Monday, January 18, 2016

A Lesson Learned

Have you ever read a book where something about a character's appearance changed mid-story with no explanation? The character is first described as having blue eyes and then they're later described as brown? The hair color changes or in some cases, even the person's name suddenly becomes something completely different? Writers work hard to catch these type of things but occasionally they slip through the editing process even at the final publication end by major publishers.

It's even harder to keep characters and their appearances straight when you're writing a series with multiple characters. Main characters in one story usually become secondary characters in other stories in the series. And then there are the secondary characters who will always stay that way but are needed to move the series forward.

I'm currently working on my first series. The first and second books are written. They still need to be revised before being sent out on submission though. I didn't have a problem remembering someone's name or what they looked like because I went right from finishing book one into writing book two. I took a few weeks off from writing to let those sit a bit and loosely plotted out the story lines for the rest of the series.

Deciding I would write the third book during the week and revise book one on the weekends, I jumped back into the writing fray. And suddenly had problems remembering the appearances of some of the characters from book one, some of their mannerisms, and the like.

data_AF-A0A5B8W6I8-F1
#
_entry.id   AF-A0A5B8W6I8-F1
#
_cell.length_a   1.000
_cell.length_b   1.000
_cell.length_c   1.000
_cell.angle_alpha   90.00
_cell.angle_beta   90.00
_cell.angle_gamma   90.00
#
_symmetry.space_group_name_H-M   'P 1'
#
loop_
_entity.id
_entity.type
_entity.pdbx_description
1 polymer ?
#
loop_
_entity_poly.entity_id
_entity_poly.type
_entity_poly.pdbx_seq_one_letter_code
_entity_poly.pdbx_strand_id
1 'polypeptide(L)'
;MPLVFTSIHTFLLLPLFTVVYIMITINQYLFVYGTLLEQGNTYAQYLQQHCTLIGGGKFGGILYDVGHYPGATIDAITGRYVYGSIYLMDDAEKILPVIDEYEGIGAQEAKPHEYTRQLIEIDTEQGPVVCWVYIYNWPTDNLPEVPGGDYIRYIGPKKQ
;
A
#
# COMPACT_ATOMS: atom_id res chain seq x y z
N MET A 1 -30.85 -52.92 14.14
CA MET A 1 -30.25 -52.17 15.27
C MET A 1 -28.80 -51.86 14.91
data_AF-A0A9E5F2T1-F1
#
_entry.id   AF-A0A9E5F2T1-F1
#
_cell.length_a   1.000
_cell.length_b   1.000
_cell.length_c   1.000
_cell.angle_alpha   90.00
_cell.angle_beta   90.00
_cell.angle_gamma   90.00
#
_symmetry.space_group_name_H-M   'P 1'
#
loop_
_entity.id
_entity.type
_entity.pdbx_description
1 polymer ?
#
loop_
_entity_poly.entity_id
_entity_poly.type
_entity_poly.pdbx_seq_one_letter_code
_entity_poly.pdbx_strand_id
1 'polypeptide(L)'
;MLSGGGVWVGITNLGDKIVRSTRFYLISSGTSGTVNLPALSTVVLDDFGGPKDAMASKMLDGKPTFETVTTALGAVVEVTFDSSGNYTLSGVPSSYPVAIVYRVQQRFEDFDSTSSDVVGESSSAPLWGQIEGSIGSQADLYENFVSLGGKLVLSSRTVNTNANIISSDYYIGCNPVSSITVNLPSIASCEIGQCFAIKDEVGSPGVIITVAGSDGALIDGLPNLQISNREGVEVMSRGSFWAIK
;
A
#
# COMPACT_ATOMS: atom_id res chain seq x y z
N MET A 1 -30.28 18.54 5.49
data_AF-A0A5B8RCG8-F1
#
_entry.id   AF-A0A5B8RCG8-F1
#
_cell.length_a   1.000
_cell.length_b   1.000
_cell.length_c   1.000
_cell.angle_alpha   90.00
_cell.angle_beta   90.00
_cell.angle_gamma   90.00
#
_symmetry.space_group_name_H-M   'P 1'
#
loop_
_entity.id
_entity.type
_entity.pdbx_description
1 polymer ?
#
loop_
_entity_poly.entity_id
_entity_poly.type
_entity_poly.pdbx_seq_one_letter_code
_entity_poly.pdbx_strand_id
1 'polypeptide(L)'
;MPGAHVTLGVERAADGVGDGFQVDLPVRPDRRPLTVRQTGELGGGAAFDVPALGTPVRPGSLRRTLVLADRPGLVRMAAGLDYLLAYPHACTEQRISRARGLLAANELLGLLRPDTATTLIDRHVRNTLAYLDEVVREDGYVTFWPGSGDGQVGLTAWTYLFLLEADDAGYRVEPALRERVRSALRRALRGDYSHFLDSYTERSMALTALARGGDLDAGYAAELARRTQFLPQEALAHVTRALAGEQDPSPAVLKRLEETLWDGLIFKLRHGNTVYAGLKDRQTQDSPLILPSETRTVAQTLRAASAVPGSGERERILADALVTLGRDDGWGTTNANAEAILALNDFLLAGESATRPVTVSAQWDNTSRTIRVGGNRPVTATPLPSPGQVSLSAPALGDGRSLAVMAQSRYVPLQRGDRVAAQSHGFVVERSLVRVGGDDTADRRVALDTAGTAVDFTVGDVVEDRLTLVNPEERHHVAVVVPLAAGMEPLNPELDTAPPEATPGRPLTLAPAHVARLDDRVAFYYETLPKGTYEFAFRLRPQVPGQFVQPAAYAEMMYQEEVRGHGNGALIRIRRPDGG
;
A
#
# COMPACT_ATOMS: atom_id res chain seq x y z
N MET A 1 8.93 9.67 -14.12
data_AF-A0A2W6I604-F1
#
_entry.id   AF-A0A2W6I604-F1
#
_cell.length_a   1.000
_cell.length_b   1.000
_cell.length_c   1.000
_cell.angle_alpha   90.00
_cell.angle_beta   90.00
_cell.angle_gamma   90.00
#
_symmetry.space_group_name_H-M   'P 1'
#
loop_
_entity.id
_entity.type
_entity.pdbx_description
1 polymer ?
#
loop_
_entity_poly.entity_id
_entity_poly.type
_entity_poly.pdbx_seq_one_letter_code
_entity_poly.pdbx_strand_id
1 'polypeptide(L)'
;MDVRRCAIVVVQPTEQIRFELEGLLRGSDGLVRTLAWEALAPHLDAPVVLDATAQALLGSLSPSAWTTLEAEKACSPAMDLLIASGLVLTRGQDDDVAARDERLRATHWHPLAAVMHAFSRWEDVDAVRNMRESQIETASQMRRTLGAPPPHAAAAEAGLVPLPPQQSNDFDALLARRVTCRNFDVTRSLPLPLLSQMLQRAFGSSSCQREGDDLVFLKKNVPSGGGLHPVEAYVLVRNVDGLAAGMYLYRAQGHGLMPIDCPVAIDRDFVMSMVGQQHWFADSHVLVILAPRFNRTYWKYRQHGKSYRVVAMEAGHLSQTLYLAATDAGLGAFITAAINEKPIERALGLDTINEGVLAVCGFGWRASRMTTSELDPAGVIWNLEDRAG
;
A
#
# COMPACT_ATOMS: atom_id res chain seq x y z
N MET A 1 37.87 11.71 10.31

I've read multiple times in multiple places in the past that one should always keep a "Bible" when working on a series and include character sketches, character backgrounds, setting details, world building details, etc. in a format that's all neatly indexed and tabbed. Did I do that? No. I had to wade through the first manuscript looking for the details I couldn't remember.

My writing time is at a premium and using that precious time to build a notebook full of information I wasn't sure I'd even need didn't seem important. I also didn't see how I could forget anything about my characters or where the stories were taking place. I quickly learned how wrong I was.

Boy, is that series bible important. I still haven't put a physical notebook together with all the pertinent information I think I'll need, but I am building a spreadsheet in Excel. My spreadsheet includes character names, hair and eye color, distinguishing things about them such as tattoos, scars, accents, their family members, and a bit about their background that makes them they way they are. Setting details such as street names, parks, coffee houses and the time of year are also included. I've started keeping research details on a separate tab in the spreadsheet as well.

I learned an important lesson. All those writers who stated that a series bible is an absolute necessity knew exactly what they were talking about. I can't help wondering how many of them learned this the same way I did, by trial and error so to speak.

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